I found your comments tres appropos and very useful DC. In retrospect I think I have four problems:

              1 As you suggest, I'm mixing too much backstory in with the narrative. Howard, for instance wrote a whole separate story The Hyborian Age to clarify in his head the backstory for Conan's world and tales. Might be worth me writing a separate page or two on the world to serve a similar function.
              2 Using an idea which is too big/complicated to deal with in a short 6000 word story with a Dent structure.
              3 Attempting a theme too far beyond my current level of practice. It's one thing being ambitious (in terms of ones own level of skill) and it's quite another being too ambitious.
              4 Not having a strong enough feel for the characters, which could stem from nos 2 and 3 above.

              I think you're right that focusing will help greatly, both in terms of selecting one character on which to focus, and in narrowing the scope of the action to a more manageable size for someone of my limited experience. I seem to recall Mike mentioning that he started writing stuff at about 1000 words, then 3000 then six then ten then fifteen etc.

              Re TTotE 'Torches flared murkily in the revels of the Maul, where thieves of the east held carnival by night.' Great story and a good example.
              Last edited by Grey Mouser; 08-21-2006, 12:33 AM.

              Comment


              • #8
                Those are good thoughts, I can also apply some of the same thinking to my projects.

                "With a deep, not-unhappy sigh, Elric prepared to do battle with an army." (Red Pearls)
                - Michael Moorcock

                Comment


                • #9
                  Well my project is now on 5500 words - could certainly use my own advice. My lack of a rigid structure is making this a lot longer than it should be - so my next effort will be better planned.

                  I'm thinking of starting a side project in addition to the current one - keeping two irons in the fire might help me be a little more creative.

                  Even though I know where it is going, my current story has a worrying amount of backstory and is looking like it has the potential to spin dangerously out of control. Still looking at about 10,000 words.

                  What might be a good idea is to actively study a couple of short stories - the Tower of the Elephant is a good one. I guess you could apply the Dent structure to them and see how much space is devoted to different segments of the story.

                  Take a look at some Clark Ashton Smith - this is also a good one to look at structurally. CAS uses the backstory at the outset of the story in the form of a speech by a superstitious innkeeper.

                  http://www.eldritchdark.com/wri/short/charnelgod.html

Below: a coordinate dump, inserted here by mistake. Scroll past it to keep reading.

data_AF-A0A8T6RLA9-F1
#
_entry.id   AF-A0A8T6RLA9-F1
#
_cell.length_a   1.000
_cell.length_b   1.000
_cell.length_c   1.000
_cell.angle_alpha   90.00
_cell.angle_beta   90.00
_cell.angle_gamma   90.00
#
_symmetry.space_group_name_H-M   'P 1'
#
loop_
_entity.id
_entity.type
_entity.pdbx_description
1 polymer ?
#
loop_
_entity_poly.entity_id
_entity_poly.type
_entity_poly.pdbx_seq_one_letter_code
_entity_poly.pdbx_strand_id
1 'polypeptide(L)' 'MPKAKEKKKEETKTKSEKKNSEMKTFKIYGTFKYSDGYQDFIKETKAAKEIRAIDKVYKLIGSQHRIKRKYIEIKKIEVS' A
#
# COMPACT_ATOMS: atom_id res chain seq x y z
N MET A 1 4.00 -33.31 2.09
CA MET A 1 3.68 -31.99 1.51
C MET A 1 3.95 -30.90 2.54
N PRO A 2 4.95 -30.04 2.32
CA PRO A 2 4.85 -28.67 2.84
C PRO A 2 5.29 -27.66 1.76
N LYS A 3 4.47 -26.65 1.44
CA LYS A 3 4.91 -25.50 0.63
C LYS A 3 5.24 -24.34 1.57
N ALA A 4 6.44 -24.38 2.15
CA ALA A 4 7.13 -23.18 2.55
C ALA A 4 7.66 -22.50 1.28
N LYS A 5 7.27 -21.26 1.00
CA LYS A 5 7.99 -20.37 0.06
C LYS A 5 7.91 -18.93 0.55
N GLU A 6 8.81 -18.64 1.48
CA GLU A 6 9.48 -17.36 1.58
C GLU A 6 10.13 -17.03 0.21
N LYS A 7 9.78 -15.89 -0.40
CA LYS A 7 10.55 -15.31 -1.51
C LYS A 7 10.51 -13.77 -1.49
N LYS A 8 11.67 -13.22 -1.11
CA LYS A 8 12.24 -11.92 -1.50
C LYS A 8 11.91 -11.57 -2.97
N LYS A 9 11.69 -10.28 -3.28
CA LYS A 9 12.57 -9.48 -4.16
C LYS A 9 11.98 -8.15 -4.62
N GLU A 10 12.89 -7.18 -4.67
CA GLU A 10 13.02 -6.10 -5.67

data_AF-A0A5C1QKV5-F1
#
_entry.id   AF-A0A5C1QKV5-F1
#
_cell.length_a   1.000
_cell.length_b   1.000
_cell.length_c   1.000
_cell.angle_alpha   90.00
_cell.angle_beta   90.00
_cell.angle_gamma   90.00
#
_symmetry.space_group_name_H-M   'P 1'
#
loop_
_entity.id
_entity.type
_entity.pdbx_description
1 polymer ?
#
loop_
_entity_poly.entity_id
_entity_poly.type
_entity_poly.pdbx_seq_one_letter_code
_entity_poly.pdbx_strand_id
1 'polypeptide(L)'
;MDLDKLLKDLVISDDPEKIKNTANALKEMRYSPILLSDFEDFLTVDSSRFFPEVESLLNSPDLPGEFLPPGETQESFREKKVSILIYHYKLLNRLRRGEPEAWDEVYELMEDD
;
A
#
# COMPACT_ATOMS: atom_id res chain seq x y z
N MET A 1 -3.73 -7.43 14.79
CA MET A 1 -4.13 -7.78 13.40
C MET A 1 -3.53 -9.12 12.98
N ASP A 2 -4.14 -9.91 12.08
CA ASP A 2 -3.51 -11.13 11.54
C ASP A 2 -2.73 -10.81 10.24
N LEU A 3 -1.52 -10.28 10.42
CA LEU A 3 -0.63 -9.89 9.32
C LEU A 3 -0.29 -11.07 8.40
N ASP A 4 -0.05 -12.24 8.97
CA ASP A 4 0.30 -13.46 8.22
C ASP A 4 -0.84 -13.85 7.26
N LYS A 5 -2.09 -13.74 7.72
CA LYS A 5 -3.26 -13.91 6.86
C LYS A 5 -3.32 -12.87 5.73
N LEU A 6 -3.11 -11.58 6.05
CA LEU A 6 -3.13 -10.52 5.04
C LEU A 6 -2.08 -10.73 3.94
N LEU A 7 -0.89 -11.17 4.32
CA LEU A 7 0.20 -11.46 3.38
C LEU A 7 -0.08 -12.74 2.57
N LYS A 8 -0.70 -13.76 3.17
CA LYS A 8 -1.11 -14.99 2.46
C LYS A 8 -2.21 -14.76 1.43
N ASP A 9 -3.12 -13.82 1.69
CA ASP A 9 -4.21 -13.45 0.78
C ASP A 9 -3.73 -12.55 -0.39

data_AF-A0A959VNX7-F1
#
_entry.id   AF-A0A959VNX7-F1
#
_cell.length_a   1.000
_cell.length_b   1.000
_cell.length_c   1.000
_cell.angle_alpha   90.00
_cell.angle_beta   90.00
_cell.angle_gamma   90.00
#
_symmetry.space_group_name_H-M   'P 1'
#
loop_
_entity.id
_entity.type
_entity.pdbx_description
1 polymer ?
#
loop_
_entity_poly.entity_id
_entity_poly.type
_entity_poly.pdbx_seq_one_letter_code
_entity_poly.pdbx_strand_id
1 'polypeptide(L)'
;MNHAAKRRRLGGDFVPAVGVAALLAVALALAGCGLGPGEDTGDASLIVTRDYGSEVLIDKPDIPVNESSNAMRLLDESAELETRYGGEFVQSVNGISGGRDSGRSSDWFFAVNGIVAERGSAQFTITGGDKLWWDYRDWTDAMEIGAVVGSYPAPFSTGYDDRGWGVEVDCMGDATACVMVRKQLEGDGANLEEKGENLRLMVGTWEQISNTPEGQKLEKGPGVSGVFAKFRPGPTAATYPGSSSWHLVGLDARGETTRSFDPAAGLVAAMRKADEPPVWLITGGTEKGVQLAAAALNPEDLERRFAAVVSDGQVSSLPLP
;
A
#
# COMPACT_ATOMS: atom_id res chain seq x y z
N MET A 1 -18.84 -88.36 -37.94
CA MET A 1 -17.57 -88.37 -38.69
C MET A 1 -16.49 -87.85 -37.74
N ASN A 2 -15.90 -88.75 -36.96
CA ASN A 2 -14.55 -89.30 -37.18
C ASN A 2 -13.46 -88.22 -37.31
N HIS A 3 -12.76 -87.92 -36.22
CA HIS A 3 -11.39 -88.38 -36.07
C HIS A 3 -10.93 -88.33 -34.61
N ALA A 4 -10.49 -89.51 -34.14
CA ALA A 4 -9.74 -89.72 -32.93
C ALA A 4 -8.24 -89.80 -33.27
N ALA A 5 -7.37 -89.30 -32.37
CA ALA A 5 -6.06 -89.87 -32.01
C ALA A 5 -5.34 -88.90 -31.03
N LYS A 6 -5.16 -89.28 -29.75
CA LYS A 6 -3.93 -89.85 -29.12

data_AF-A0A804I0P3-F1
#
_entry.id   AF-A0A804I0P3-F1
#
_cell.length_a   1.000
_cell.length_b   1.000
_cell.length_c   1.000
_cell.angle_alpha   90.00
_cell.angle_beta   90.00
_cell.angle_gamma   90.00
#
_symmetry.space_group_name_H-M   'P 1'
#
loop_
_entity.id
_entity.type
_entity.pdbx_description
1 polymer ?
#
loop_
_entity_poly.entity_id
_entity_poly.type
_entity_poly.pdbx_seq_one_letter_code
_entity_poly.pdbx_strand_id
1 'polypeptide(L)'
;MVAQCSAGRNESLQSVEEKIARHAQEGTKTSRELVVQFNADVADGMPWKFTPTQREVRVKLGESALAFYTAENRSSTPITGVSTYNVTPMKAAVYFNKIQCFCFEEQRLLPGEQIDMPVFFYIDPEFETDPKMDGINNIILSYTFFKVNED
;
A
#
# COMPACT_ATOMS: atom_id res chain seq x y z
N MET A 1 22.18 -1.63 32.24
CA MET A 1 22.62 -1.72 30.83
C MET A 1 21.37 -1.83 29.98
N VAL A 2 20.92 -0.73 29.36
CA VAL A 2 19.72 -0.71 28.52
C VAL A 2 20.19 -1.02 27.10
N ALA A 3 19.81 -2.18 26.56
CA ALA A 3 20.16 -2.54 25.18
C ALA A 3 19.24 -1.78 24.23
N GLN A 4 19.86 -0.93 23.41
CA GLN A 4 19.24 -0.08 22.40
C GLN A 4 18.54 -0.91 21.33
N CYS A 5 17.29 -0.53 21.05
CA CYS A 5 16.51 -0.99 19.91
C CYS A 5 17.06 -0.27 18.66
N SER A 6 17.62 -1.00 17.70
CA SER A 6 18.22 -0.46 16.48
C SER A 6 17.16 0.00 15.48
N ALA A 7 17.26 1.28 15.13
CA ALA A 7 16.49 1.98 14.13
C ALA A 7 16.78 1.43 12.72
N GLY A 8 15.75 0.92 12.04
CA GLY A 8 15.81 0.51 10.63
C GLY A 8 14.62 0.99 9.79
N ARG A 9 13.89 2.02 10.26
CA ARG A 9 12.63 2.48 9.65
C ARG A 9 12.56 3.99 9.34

Last edited by devilchicken; 08-21-2006, 02:40 AM.
                  Batman: It's a low neighborhood, full of rumpots. They're used to curious sights, which they attribute to alcoholic delusions.

                  Robin: Gosh, drink is sure a filthy thing, isn't it? I'd rather be dead than unable to trust my own eyes!

                  Comment


                  • #10
                    Thanks DC. Didn't realise they have full online versions of CAS stuff over at Eldritch Dark.

                    Tower of the Elephant is around the 10000 word mark in three parts.

                    Part one 1500 words Conan asks about the tower and gets into a barfight.
                    Part two 5500 words Conan meets Taurus and they brave the towers defenses.
                    Part three 2500 words Conan finds the secret of the tower and barely gets out alive.

                    A case could be made for a roughly Dent like structure if one breaks the 2nd part into 2 at the point of Taurus death.

                    So you have now written as much as Howard did for chapter 2 of Tower. Mind boggling to think that Howard claims to have written 12,000 words a day on occasion. And Mike has achieved around the 15000 word mark during the time he wrote the Hawkmoon books.

                    Comment


                    • #11
                      Well on the plus side Mike and REH were making a living largely (if not solely) from writing - so on that basis I can see that once you get into your flow that you could (I say with trepidation) easily write that much. The problem I have is to keep going back and tinkering with bits I've already written - so in the hour or so I set aside in the evenings to work on my story I find that I've only progressed maybe 2-300 words. My method needs work I think - I should really leave what I've done as 'set in concrete' until the rewrite and just concentrate of blasting through to that stage.

                      I've lost a lot of the discipline I picked up through school and university, and with all the modern distractions (video games, moves, the internet - especially) I find myself envying the older writers who had less frivolous stuff taking up their attention. REH especially - probably wrote as much out of boredom than anything else, writing as he did around the time of the Depression and living in a town that was in the arse end of nowhere.